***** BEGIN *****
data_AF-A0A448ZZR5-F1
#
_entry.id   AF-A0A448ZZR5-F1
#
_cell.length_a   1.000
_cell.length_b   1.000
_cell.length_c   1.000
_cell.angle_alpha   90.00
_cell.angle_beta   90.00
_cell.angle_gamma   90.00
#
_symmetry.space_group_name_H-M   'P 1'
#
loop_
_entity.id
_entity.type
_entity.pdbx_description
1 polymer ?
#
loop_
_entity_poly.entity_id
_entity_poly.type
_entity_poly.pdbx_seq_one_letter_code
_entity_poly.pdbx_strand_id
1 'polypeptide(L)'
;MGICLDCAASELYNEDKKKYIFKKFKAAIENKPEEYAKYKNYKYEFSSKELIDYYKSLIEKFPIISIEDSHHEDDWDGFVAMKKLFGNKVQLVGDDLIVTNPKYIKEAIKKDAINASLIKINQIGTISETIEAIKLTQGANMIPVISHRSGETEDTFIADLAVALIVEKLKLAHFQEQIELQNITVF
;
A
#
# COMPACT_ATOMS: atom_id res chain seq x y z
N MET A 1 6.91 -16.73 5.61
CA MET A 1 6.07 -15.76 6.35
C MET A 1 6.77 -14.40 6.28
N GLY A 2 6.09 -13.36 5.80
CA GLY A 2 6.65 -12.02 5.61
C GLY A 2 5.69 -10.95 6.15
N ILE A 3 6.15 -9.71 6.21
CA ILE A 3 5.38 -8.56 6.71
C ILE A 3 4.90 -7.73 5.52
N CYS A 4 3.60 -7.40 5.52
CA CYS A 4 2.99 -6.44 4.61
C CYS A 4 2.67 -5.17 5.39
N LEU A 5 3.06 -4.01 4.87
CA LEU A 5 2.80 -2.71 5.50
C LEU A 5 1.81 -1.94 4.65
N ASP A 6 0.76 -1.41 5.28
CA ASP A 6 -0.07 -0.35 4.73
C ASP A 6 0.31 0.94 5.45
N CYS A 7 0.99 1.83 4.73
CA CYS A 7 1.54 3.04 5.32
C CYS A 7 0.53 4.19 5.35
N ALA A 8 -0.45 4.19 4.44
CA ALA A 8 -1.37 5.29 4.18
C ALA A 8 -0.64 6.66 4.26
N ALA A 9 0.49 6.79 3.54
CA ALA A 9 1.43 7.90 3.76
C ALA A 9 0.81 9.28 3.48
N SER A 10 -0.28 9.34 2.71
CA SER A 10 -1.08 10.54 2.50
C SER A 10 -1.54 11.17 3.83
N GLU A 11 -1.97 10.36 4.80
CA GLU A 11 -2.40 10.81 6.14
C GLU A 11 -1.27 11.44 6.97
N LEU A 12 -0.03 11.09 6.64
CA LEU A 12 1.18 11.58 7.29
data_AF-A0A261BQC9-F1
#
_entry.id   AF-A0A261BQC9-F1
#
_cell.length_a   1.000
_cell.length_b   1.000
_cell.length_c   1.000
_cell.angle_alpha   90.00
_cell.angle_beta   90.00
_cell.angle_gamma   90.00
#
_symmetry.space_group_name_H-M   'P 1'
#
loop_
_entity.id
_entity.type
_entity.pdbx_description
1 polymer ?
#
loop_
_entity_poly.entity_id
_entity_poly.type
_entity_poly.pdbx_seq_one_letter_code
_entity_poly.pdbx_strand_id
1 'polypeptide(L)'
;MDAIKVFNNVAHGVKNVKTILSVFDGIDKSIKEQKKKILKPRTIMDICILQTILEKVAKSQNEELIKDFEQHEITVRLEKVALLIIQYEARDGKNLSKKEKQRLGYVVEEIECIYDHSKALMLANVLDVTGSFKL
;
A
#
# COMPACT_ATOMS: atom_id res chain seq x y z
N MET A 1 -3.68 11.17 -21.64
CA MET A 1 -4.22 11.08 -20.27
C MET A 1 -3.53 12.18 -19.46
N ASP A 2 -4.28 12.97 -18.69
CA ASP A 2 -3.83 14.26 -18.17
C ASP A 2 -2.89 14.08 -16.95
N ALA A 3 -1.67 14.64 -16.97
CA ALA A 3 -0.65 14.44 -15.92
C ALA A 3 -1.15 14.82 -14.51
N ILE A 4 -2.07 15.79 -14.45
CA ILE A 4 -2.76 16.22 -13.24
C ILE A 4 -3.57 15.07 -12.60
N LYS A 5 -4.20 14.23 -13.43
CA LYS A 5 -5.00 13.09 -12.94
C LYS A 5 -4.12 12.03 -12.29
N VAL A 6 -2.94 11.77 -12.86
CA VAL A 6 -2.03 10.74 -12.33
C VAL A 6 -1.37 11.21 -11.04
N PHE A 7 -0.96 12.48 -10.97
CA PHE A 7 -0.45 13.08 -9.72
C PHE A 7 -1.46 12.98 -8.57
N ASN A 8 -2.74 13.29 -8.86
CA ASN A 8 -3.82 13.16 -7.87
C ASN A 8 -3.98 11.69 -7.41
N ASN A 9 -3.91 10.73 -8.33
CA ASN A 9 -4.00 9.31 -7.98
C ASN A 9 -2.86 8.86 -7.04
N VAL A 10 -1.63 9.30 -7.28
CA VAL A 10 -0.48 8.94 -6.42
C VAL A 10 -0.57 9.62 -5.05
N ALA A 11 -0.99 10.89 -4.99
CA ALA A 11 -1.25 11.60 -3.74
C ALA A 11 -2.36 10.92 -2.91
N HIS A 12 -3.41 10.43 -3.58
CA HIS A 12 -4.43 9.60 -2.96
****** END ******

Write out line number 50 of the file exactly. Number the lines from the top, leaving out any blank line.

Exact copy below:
CA CYS A 7 1.54 3.04 5.32